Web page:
“Dasoku (蛇足)” - Snake’s Feet

“Dasoku (蛇足)” - Snake’s Feet

Meaning: Superfluity, surplus
Origin: Do you see a snake with feet?

A snake doesn’t need feet to move around. It slithers around on its belly. If you gave a snake feet, that would just be excessive (also, scary). So when people use this term, they are referring to something that is surplus, or something that really isn’t necessary.

“Unomi (鵜呑み)” - A Fish Takes The Bait

“Unomi (鵜呑み)” - A Fish Takes The Bait

Meaning: Swallowing, taking it hook, line and sinker
Origin: From fishing

This one actually has a similar expression in English — it refers to taking the bait, or simply believing what someone tells you without question. Much like a fish biting into some food — without thinking of the hook it is attached to.

“Suzume no Namida (雀の涙)” - A Sparrow’s Tears

“Suzume no Namida (雀の涙)” - A Sparrow’s Tears

Meaning: Drop in the bucket
Origin: The idea that a sparrow is small...and so is its tears.

I haven’t ever seen a sparrow cry, but if one did, I imagine their tears would be near microscopic. Which explains what’s up with this phrase, which refers to a small amount of something or something that has such a tiny impact that it might as well have not happened. It’s similar to the English idea of “a drop in the bucket.”

“Urusai (五月蝿い)” - Bothersome as a Fly in May

“Urusai (五月蝿い)” - Bothersome as a Fly in May

Meaning: Loud, Annoying
Origin: Flies in May are really loud and annoying

When someone is being particularly loud or bothersome, you’ll hear people use the word “urusai” to describe them. It is not the best term to be called! The origin of it relates to one of the most annoying insects around, the fly. And May is one of the worst months to deal with those bugs, as you start encountering a lot more after the colder months.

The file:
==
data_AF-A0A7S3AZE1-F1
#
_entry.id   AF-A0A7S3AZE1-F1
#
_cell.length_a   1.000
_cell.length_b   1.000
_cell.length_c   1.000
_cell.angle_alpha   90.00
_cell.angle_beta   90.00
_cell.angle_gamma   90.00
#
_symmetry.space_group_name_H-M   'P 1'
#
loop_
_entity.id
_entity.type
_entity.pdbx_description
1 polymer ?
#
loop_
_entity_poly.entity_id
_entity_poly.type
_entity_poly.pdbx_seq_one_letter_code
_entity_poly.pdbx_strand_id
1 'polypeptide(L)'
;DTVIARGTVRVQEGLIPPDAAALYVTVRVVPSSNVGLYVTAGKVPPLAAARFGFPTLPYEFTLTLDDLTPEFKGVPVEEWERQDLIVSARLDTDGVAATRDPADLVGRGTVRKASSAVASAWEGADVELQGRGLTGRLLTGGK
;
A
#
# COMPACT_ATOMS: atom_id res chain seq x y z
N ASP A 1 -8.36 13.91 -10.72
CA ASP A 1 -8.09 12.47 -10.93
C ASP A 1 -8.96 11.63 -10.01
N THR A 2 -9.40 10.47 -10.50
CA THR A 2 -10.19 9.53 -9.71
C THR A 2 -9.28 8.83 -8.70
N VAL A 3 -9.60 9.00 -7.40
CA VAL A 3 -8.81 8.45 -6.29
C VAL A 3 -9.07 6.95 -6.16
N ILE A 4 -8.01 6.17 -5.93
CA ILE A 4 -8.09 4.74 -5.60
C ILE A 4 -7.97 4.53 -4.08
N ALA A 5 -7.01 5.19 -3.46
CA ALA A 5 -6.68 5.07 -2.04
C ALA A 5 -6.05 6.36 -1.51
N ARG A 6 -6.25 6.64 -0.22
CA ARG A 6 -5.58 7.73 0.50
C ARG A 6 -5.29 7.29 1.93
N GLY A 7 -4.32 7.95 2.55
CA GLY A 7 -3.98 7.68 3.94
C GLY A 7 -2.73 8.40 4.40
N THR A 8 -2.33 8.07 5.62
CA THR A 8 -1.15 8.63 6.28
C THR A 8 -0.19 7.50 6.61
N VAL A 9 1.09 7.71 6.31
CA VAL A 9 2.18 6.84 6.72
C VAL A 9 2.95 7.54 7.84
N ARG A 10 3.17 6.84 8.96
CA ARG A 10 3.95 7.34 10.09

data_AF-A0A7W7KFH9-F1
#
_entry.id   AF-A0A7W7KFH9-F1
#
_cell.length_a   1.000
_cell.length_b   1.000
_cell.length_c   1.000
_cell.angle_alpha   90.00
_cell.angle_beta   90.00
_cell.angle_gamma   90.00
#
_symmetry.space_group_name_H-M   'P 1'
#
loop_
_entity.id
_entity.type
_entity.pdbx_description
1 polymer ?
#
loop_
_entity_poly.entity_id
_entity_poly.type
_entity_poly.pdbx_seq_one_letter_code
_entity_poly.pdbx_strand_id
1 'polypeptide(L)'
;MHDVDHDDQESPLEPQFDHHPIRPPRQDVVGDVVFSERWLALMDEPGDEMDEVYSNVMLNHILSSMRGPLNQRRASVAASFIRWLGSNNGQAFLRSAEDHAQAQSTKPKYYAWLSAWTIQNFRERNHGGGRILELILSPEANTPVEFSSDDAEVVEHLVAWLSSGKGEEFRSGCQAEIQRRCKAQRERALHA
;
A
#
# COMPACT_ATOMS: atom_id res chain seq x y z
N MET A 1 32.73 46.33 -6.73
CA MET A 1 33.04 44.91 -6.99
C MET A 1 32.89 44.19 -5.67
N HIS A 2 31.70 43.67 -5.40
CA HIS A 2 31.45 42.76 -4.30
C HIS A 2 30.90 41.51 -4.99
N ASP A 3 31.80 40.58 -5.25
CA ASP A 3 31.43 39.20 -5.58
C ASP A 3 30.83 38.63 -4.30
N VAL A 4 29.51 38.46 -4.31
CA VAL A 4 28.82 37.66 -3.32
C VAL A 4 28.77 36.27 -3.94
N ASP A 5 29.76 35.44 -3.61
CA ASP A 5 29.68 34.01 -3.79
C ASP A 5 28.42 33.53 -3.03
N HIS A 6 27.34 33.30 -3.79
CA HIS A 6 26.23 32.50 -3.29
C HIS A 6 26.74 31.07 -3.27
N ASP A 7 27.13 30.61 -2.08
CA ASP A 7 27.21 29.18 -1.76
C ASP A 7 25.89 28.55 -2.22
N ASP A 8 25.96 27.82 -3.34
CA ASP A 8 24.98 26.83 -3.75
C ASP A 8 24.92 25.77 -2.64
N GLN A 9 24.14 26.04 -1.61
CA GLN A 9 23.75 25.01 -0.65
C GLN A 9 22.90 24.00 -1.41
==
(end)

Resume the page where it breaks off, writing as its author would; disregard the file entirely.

“Chou Chou Musubi (蝶々結び)” - A Butterfly Knot

“Chou Chou Musubi (蝶々結び)” - A Butterfly Knot

Meaning: Bow knot, a type of way to tie something
Origin: It looks like a butterfly
Now here’s a straightforward metaphor. Where as some of these can be a bit more complicated — sparrow’s don’t actually cry! — this is a simple comparison between two things. This type of knot looks really similar to a butterfly. That’s it, nice and simple.

“Tombo Gaeri とんぼ帰り” - Return like a Dragonfly

“Tombo Gaeri とんぼ帰り” - Return like a Dragonfly

Meaning: Rush back home, go for a quick trip
Origin: It comes from the fact that dragonflies can reverse course while flying quickly

Dragonflies are capable of flying backwards — or simply turning around — really quickly. So it is only natural to describe someone having to head back home quickly as like that inset pivoting around. It also is used typically for quick trips, say a day trip to another city where you come home at the end of the day.

“Yajiuma (野次馬) – A Jeering Horse

“Yajiuma (野次馬) – A Jeering Horse

Meaning: Onlooker, rubbernecker
Origin: It comes from the ways horses look at things.
Sometimes a horse slows down and just stares at something. Which explains this phrase, which is used when someone is rubbernecking, or when someone just stares at something (and sometimes gets really into whatever they are looking at).

“Umaga Au (馬が合う) - Meeting a Horse

“Umaga Au (馬が合う) - Meeting a Horse

Meaning: Get along
Origin: Comes from horse riding, specifically the relationship between a rider and a horse.

A horse and the person mounting it need to have a good relation. And ideally, the two parties will get along. Hence this expression, which refers to people who can get along just fine.

There are plenty of other Japanese phrases incorporating animals into them, but this is a good start to understanding animal-centric expressions in this language. Maybe your favorite animal has a phrase somewhere out there, too.

Written by Patrick St. Michel